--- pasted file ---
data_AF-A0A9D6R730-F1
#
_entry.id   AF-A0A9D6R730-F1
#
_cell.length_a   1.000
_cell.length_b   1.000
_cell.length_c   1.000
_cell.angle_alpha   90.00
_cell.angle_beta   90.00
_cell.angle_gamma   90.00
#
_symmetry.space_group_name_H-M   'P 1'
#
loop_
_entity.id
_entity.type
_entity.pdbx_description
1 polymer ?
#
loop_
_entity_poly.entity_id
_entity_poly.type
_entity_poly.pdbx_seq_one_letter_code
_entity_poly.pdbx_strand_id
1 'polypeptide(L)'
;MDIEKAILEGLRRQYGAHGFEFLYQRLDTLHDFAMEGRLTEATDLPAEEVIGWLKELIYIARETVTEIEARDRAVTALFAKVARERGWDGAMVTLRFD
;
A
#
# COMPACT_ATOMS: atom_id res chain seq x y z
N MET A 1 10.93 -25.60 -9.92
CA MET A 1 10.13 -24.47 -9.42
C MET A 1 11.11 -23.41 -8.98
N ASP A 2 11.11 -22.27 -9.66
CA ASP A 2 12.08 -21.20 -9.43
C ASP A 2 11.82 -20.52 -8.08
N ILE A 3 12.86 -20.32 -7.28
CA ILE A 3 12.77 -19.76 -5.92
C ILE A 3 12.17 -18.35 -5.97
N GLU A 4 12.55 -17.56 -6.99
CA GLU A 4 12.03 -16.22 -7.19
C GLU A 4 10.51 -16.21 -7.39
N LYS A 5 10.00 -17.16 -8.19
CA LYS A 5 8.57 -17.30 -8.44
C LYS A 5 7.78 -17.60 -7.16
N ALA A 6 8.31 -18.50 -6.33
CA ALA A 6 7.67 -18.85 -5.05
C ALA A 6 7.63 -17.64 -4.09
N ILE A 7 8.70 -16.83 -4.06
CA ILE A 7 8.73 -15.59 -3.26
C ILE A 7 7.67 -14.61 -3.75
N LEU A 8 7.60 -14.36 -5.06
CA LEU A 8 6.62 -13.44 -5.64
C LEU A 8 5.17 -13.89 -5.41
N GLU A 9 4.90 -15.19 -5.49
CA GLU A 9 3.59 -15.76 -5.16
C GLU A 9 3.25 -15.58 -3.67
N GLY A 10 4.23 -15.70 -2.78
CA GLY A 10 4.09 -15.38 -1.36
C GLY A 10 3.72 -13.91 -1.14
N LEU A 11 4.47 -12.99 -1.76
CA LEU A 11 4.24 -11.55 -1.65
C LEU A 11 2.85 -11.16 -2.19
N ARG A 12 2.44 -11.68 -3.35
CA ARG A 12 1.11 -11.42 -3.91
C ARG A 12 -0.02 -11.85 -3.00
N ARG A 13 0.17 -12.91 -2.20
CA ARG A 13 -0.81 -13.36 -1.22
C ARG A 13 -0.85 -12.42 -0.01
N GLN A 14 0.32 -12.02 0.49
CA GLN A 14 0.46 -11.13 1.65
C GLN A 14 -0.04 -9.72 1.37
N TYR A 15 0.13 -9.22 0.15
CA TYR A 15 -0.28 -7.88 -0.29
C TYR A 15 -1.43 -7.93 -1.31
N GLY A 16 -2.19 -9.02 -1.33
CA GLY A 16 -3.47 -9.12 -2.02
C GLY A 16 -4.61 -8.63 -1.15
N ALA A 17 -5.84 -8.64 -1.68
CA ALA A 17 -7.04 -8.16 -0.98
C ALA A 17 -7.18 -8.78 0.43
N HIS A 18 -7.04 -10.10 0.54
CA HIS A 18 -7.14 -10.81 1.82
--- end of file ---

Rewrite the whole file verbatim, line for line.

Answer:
data_AF-A0A9D6R730-F1
#
_entry.id   AF-A0A9D6R730-F1
#
_cell.length_a   1.000
_cell.length_b   1.000
_cell.length_c   1.000
_cell.angle_alpha   90.00
_cell.angle_beta   90.00
_cell.angle_gamma   90.00
#
_symmetry.space_group_name_H-M   'P 1'
#
loop_
_entity.id
_entity.type
_entity.pdbx_description
1 polymer ?
#
loop_
_entity_poly.entity_id
_entity_poly.type
_entity_poly.pdbx_seq_one_letter_code
_entity_poly.pdbx_strand_id
1 'polypeptide(L)'
;MDIEKAILEGLRRQYGAHGFEFLYQRLDTLHDFAMEGRLTEATDLPAEEVIGWLKELIYIARETVTEIEARDRAVTALFAKVARERGWDGAMVTLRFD
;
A
#
# COMPACT_ATOMS: atom_id res chain seq x y z
N MET A 1 10.93 -25.60 -9.92
CA MET A 1 10.13 -24.47 -9.42
C MET A 1 11.11 -23.41 -8.98
N ASP A 2 11.11 -22.27 -9.66
CA ASP A 2 12.08 -21.20 -9.43
C ASP A 2 11.82 -20.52 -8.08
N ILE A 3 12.86 -20.32 -7.28
CA ILE A 3 12.77 -19.76 -5.92
C ILE A 3 12.17 -18.35 -5.97
N GLU A 4 12.55 -17.56 -6.99
CA GLU A 4 12.03 -16.22 -7.19
C GLU A 4 10.51 -16.21 -7.39
N LYS A 5 10.00 -17.16 -8.19
CA LYS A 5 8.57 -17.30 -8.44
C LYS A 5 7.78 -17.60 -7.16
N ALA A 6 8.31 -18.50 -6.33
CA ALA A 6 7.67 -18.85 -5.05
C ALA A 6 7.63 -17.64 -4.09
N ILE A 7 8.70 -16.83 -4.06
CA ILE A 7 8.73 -15.59 -3.26
C ILE A 7 7.67 -14.61 -3.75
N LEU A 8 7.60 -14.36 -5.06
CA LEU A 8 6.62 -13.44 -5.64
C LEU A 8 5.17 -13.89 -5.41
N GLU A 9 4.90 -15.19 -5.49
CA GLU A 9 3.59 -15.76 -5.16
C GLU A 9 3.25 -15.58 -3.67
N GLY A 10 4.23 -15.70 -2.78
CA GLY A 10 4.09 -15.38 -1.36
C GLY A 10 3.72 -13.91 -1.14
N LEU A 11 4.47 -12.99 -1.76
CA LEU A 11 4.24 -11.55 -1.65
C LEU A 11 2.85 -11.16 -2.19
N ARG A 12 2.44 -11.68 -3.35
CA ARG A 12 1.11 -11.42 -3.91
C ARG A 12 -0.02 -11.85 -3.00
N ARG A 13 0.17 -12.91 -2.20
CA ARG A 13 -0.81 -13.36 -1.22
C ARG A 13 -0.85 -12.42 -0.01
N GLN A 14 0.32 -12.02 0.49
CA GLN A 14 0.46 -11.13 1.65
C GLN A 14 -0.04 -9.72 1.37
N TYR A 15 0.13 -9.22 0.15
CA TYR A 15 -0.28 -7.88 -0.29
C TYR A 15 -1.43 -7.93 -1.31
N GLY A 16 -2.19 -9.02 -1.33
CA GLY A 16 -3.47 -9.12 -2.02
C GLY A 16 -4.61 -8.63 -1.15
N ALA A 17 -5.84 -8.64 -1.68
CA ALA A 17 -7.04 -8.16 -0.98
C ALA A 17 -7.18 -8.78 0.43
N HIS A 18 -7.04 -10.10 0.54
CA HIS A 18 -7.14 -10.81 1.82